China issued a national plan on Monday to address climate change and show its determination to reduce greenhouse gas (GHG) emissions in an all round way.
Under the National Climate Change Program, the first by a developing country, China pledges to restructure its economy, promoting clean technologies and improving energy efficiency.
The plan is proof of China's determination to reduce GHG emissions, said Ma Kai, minister in charge of the National Development and Reform Commission.
But the plan does not include any quantified targets for carbon dioxide emission.
"The absence of any quantified targets for reducing greenhouse gas emissions does not mean China isn't serious about reducing GHG emissions," the top economic planner told a press conference in Beijing two days ahead of Chinese President Hu Jintao's visit to Germany for a G8 meeting at which global warming will top the agenda.
China has come under increasing pressure from industrialized economies to reduce its carbon dioxide emissions.
With the new plan, the nation has opted not to hide behind the fact that the Kyoto Protocol does not obligate developing nations to reduce GHG emissions.
According to the calculations by Xinhua, if all the objectives in the program were achieved -- on hydro and nuclear power generation, upgrading of thermal power generation, facilitation of coal-bed-gas development, the use of renewable energy resources such as wind power, solar power and terrestrial heat, forestation and energy-saving -- the world's most populous country would emit 1.5 billion tons less carbon dioxide and equivalent by 2010 while still continuing to grow rapidly.
Citing figures from the International Energy Agency, Ma rebutted the argument that China is a "menace to the global environment".
"I don't see how China can be labeled a menace. Compared to the industrialized countries, until recently China had low greenhouse gas emissions and its emissions are still relatively low in per capita terms. Rises in gross domestic product in China produce smaller hikes in carbon dioxide discharges than in other countries. This kind of talk is grossly exaggerated and unfair," Ma said.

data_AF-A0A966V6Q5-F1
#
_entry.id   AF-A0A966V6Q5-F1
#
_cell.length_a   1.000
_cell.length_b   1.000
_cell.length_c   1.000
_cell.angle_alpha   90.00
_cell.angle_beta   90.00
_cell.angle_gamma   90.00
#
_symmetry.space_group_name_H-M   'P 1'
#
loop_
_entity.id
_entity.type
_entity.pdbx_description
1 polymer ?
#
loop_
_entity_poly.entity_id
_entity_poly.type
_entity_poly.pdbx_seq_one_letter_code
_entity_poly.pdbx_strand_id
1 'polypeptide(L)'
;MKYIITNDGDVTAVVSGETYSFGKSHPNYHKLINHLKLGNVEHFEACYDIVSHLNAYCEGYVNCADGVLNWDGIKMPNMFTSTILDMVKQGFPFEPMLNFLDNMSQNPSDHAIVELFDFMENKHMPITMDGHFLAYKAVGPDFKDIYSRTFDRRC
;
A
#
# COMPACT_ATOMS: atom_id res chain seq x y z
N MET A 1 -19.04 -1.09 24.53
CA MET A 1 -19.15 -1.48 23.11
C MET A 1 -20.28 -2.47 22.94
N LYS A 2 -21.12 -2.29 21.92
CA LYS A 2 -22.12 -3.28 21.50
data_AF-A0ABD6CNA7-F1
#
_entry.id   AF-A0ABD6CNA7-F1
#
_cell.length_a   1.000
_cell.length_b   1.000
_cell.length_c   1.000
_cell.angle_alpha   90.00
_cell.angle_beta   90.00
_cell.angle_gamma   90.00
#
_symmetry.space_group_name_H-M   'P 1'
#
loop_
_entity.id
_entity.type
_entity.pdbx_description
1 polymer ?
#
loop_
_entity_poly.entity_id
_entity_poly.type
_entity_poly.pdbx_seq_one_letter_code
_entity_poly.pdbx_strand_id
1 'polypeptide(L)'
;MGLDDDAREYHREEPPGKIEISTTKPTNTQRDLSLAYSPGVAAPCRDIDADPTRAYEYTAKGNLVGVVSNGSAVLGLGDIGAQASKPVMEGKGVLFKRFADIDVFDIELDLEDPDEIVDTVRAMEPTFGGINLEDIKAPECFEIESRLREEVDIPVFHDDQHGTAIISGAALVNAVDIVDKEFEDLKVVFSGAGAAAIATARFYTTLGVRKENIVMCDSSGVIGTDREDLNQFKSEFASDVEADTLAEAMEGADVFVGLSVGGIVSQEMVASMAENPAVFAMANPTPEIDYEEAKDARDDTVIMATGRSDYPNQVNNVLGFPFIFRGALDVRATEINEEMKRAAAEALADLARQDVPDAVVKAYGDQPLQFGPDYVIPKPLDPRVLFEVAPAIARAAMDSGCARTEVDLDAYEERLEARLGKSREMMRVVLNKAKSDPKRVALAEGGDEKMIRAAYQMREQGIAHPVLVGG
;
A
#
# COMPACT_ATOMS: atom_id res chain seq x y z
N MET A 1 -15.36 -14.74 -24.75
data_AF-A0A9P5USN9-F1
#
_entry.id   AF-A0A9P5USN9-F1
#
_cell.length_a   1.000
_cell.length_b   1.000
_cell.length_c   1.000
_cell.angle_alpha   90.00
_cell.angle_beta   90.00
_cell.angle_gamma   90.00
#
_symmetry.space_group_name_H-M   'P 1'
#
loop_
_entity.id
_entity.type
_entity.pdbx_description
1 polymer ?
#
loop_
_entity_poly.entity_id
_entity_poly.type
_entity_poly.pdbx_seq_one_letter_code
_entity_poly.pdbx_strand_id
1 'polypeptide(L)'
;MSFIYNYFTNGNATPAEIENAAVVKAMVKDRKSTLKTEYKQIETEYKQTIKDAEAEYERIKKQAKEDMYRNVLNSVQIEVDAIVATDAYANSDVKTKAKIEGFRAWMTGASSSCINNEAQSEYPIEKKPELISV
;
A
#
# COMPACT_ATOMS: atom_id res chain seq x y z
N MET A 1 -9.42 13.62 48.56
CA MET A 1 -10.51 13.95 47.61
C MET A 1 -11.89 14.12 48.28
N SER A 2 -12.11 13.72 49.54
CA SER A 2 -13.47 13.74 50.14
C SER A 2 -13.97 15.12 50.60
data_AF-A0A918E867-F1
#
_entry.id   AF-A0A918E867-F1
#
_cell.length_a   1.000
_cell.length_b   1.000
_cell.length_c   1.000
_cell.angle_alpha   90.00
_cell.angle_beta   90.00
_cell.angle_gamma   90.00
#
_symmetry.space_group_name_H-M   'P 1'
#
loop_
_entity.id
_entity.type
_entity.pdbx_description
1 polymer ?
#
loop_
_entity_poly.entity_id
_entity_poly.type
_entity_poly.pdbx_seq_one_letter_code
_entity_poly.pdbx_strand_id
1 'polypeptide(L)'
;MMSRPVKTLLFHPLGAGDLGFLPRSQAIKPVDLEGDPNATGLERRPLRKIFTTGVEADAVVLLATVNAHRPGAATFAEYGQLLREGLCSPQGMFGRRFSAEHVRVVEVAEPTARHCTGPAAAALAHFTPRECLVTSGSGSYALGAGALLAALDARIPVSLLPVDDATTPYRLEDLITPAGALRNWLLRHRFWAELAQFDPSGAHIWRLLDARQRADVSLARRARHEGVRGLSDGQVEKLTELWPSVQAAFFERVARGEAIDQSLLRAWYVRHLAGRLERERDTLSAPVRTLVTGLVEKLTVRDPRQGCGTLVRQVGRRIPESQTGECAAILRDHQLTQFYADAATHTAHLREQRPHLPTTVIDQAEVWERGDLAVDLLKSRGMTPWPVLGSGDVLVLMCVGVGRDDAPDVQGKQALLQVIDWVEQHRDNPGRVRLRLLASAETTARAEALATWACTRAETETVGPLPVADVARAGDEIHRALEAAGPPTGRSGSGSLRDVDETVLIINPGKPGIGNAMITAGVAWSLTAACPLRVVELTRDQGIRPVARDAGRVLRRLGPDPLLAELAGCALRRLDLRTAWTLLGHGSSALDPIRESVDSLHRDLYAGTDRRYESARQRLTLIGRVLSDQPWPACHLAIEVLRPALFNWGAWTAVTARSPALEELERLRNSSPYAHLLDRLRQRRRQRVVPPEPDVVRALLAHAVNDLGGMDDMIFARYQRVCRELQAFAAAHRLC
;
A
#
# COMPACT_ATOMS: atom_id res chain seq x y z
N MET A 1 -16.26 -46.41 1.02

China prefers to calculate GHG emissions in per capita terms pointing out that, in 2004, its per capita carbon dioxide emissions were 3.65 tons, compared to a world average of 4.20 tons and an average of 10.95 tons for the Economic Co-operation and Development (OECD) countries.
More pertinently, China points out that a one-percent rise in GDP leads to an average 0.6 percent increase in carbon dioxide emissions worldwide, but the Chinese figure is only 0.38 percent.
"Even if China overtook the United States one day in total carbon dioxide discharges, given that the former's population is five times as much as the latter, China's per capita greenhouse gas emission would remain low compared with the United States," Ma said.
The minister advocated a more objective methodology to evaluate carbon dioxide emissions, pointing out that globalization had shifted a significant amount of production to developing countries, forcing up their energy consumption.
Ma urged the international community to respect the developing countries right to develop, saying that China was ready to cooperate closely with other nations to combat climate change.
The 62-page action plan details the policies and measures China will take to mitigate and adapt itself to climate change. "By mitigation, we mean curbing carbon dioxide emissions, emitting as little as possible. By adaptation, we mean minimizing the negative impact of greenhouse gases by improving our ability to forecast and prevent disasters," Ma said.
The plan says that regional cooperation on climate change should function as "a helpful complement" to the United Nations Framework Convention on Climate Change and the Kyoto Protocol rather than replacing or weakening them.
The China Meteorological Administration announced Friday that this year's Spring was the country's 11th warm Spring since 1997, with the temperature averaging 10.6 degrees Celsius from March to May, 1.2 degrees higher than normal years and the second highest since 1951.
The National Climate Change Program notes that the most significant temperature increases have occurred in winter with 20 consecutive warm winters from 1986 to 2005.
The sea level has risen by 2.5 mm annually along China's coasts over the last 50 years, slightly faster than the global average. But the nation's mountain glaciers are retreating much more rapidly.
The program warns that the risk of desertification will intensify.
"Climate change is a challenge China must cope with to realize sustainable development... Implementing a climate change containment policy may cost a fortune, but the cost will be even higher if we delay. Early action is imperative," Ma said.